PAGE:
Habeas corpus petitions can allege many different types of deficiencies against defense counsel. One such deficiency is failure to investigate the petitioner’s metal health. You can learn more about the mental state assessment here.
If the habeas petition alleges that defense counsel had deficiency because he or she failed to investigate the petitioner’s mental state at the time of the crime, habeas counsel must retain a mental health expert, such as a forensic psychologist or psychiatrist, to examine the petitioner and make a reasoned determination about the petitioner’s mental state at the time of the crime. Habeas counsel should also supply the expert with any informative documents. This includes police reports, school records, DCF records, military records, work records, medical records and mental health records. Without the findings of a mental health expert, the petitioner cannot satisfy Strickland’s prejudice prong. This happens because the petitioner cannot show possible results if defense counsel had taken the appropriate steps. They cannot show what would have happened if they investigated the petitioner’s mental state.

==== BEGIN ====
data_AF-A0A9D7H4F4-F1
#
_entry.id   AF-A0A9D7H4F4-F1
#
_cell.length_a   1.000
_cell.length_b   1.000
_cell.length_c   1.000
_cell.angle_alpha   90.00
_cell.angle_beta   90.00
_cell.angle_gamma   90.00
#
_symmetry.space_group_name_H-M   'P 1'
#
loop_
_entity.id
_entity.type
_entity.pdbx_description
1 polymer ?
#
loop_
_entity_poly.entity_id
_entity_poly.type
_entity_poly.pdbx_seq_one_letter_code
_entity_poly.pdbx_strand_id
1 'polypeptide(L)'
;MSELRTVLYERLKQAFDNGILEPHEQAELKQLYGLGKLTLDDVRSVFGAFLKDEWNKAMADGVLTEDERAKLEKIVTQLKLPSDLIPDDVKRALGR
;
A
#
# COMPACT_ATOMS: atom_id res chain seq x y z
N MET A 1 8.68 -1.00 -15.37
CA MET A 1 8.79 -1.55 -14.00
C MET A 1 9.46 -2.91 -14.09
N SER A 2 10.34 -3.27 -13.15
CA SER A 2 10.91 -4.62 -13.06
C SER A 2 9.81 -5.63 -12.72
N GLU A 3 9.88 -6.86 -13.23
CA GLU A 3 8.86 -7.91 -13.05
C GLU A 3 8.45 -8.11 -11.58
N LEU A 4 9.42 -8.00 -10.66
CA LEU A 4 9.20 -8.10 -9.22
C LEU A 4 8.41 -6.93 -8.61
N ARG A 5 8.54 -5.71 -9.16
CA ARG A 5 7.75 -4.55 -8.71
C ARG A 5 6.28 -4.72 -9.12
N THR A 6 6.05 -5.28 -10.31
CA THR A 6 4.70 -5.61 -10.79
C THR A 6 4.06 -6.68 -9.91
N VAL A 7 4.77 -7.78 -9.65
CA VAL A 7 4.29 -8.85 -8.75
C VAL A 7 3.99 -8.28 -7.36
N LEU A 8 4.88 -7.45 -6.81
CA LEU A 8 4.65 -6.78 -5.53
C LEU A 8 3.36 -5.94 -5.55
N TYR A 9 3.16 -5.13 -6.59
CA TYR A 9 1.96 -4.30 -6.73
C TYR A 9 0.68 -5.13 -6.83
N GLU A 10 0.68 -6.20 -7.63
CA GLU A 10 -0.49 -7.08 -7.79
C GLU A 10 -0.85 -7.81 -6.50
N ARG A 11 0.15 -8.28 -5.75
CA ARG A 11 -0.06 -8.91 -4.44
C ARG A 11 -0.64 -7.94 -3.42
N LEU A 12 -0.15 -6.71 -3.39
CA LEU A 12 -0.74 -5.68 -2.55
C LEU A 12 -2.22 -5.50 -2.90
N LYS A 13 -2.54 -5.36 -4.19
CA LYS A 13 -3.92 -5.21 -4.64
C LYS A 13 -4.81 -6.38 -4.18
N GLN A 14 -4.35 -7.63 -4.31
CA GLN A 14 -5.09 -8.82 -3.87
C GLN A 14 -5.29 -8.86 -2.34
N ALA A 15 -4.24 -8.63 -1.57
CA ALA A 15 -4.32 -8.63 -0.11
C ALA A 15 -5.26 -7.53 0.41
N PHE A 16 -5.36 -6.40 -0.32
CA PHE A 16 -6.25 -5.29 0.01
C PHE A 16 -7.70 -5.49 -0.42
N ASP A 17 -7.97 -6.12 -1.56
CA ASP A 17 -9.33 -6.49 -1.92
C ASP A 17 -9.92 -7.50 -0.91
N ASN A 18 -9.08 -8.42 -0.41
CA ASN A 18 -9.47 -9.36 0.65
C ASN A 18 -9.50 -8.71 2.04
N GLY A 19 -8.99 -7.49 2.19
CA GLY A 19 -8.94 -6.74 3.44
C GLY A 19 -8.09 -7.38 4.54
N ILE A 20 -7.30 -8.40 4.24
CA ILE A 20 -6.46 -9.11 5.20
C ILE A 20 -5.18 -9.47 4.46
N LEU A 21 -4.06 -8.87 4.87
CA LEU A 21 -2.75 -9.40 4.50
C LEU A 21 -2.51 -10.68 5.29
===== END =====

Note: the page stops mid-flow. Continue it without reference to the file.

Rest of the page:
Mental Health Experts
The retention of a mental health expert should happen without delay. The assessment can take several weeks or months. Further, the assessment may reveal the need to obtain a more specialized expert. This further adds to the length of the process. Thus, by promptly retaining the expert, habeas counsel ensures that the assessment will be complete. This happens well before trial and that the case will not get jeopardized.
If the petitioner does not have the funds to hire a mental health expert, request should go to the Office of Chief Public Defender (OCPD), 30 Trinity Street, 4th FL, Hartford, CT 06106; telephone 860-509-6400, for permission to obtain an expert at OCPD’s expense. This happens even in a case where habeas counsel is privately retained.
In addition to requesting OCPD to fund the assessment, counsel can file a motion (ex parte and under seal if necessary) with the habeas court, seeking court authorization to employ a mental health expert at state expense, pursuant to the federal and state constitutions and Ake v. Oklahoma, 470 U.S. 68 (1985).
Are you looking for help with a habeas corpus petition in the state of Connecticut? If this is the case, consider talking about your situation with an attorney. They can answer your questions and help you determine how to proceed.